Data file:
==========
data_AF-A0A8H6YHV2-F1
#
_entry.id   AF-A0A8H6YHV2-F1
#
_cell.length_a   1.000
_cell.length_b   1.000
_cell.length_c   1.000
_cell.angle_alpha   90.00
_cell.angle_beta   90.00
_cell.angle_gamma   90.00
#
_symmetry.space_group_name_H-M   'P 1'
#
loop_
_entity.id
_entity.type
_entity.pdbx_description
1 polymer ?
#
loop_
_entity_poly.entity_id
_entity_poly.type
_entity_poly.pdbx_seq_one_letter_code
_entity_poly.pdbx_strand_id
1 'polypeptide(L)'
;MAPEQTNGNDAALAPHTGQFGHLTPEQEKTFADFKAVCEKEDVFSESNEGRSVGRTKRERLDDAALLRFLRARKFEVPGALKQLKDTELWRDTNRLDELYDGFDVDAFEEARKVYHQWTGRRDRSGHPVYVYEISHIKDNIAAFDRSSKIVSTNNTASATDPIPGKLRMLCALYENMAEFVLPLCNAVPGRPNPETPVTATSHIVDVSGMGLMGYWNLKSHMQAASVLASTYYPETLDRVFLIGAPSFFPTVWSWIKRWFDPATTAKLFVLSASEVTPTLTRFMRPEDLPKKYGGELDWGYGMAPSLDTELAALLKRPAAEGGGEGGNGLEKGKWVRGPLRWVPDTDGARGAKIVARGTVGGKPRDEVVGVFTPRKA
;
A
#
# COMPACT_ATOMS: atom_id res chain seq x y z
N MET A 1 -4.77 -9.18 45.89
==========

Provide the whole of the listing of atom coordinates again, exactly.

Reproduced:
data_AF-A0A8H6YHV2-F1
#
_entry.id   AF-A0A8H6YHV2-F1
#
_cell.length_a   1.000
_cell.length_b   1.000
_cell.length_c   1.000
_cell.angle_alpha   90.00
_cell.angle_beta   90.00
_cell.angle_gamma   90.00
#
_symmetry.space_group_name_H-M   'P 1'
#
loop_
_entity.id
_entity.type
_entity.pdbx_description
1 polymer ?
#
loop_
_entity_poly.entity_id
_entity_poly.type
_entity_poly.pdbx_seq_one_letter_code
_entity_poly.pdbx_strand_id
1 'polypeptide(L)'
;MAPEQTNGNDAALAPHTGQFGHLTPEQEKTFADFKAVCEKEDVFSESNEGRSVGRTKRERLDDAALLRFLRARKFEVPGALKQLKDTELWRDTNRLDELYDGFDVDAFEEARKVYHQWTGRRDRSGHPVYVYEISHIKDNIAAFDRSSKIVSTNNTASATDPIPGKLRMLCALYENMAEFVLPLCNAVPGRPNPETPVTATSHIVDVSGMGLMGYWNLKSHMQAASVLASTYYPETLDRVFLIGAPSFFPTVWSWIKRWFDPATTAKLFVLSASEVTPTLTRFMRPEDLPKKYGGELDWGYGMAPSLDTELAALLKRPAAEGGGEGGNGLEKGKWVRGPLRWVPDTDGARGAKIVARGTVGGKPRDEVVGVFTPRKA
;
A
#
# COMPACT_ATOMS: atom_id res chain seq x y z
N MET A 1 -4.77 -9.18 45.89